Thursday, April 9, 2:30 PM, Paley Library Lecture Hall, 1210 Polett Walk
The Art of the Album in the Digital World
I'm looking forward to an afternooon moderating this panel:
Ally-Jane Grossan, editor of Bloomsbury’s famous (and infamous) 33 1/3 series and Cameron Schaefer of the new record-of-the-month-club Vinyl Me, Please, lead a discussion on the critique and reception of music in the digital world. What does it mean as both music and its discourse move from very physical spaces (the album, the print publication) to virtual ones (Spotify, Pandora, iTunes, Pitchfork)? What’s behind the renewed interest in vinyl records and print reviews, including the popular series that Grossan leads? Join us for a discussion on how music-listening has changed in the digital age, about the album-as-art-form, about the difference in listening mediums, and about how criticism has had to adapt to follow suit. Tara Murtha, a Philadelphia-based, award-winning journalist, will moderate. Murtha also authored the 33 1/3 edition on Bobbie Gentry's Ode to Billie Joe and teaches journalism at Temple.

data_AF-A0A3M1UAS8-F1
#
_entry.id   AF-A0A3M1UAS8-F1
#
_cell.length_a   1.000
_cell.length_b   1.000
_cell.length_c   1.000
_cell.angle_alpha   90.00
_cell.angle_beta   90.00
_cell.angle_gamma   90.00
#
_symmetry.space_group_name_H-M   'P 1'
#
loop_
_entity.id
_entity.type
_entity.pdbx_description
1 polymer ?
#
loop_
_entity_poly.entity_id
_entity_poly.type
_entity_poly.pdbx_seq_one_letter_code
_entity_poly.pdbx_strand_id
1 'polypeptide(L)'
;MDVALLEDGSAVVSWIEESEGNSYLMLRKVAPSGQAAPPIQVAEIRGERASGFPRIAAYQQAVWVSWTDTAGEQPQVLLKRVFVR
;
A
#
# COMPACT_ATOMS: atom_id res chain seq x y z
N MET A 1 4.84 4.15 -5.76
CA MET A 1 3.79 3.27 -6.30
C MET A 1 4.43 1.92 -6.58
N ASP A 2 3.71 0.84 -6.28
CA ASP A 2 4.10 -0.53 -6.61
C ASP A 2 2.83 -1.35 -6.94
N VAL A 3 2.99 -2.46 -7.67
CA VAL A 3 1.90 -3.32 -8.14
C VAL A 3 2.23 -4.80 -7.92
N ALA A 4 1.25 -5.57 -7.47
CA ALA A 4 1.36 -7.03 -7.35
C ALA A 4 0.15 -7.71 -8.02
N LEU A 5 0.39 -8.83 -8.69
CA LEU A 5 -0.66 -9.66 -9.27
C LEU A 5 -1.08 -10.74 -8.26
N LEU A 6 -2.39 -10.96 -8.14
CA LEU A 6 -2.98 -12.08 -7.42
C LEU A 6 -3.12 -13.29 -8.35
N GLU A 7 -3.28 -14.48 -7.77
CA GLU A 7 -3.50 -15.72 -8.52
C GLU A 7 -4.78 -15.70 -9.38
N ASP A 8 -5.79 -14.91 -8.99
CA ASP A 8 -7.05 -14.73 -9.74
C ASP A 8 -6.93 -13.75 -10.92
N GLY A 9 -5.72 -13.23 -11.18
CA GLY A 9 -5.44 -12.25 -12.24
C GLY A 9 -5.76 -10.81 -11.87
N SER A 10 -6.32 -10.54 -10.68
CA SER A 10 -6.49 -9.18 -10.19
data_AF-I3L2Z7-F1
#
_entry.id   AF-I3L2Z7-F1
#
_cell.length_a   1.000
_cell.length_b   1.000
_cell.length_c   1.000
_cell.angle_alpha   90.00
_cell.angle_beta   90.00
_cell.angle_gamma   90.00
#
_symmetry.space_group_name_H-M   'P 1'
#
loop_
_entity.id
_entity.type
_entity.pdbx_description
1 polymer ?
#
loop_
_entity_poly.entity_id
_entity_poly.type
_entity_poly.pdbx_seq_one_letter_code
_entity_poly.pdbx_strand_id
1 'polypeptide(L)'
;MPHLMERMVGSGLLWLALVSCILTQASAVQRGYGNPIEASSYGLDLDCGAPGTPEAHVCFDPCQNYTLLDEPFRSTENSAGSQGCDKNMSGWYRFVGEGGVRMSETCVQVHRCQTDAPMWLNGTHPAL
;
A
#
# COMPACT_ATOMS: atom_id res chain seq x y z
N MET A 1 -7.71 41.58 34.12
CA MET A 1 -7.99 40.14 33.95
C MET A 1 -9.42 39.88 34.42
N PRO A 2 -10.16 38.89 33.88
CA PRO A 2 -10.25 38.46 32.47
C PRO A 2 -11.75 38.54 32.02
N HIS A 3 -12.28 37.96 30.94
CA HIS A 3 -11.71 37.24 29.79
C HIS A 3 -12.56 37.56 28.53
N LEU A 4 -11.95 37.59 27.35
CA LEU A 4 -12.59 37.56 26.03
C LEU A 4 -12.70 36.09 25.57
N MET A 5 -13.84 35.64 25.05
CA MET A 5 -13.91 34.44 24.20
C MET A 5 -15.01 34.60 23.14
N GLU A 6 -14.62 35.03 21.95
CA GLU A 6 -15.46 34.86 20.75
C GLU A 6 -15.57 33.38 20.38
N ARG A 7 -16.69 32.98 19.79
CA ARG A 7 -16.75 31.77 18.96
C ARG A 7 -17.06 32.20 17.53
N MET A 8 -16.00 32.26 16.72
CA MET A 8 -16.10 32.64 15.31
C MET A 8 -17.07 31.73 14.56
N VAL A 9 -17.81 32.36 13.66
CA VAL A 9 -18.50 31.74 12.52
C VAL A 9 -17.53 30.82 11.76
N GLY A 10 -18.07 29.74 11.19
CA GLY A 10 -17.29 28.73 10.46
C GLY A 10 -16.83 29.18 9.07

We'll talk about the history of the album as physical object and length, the 33 1/3 series, and hopefully I'll get to urge someone, anyone, to write a volume exploring Peggy Lee's Hot Coffee.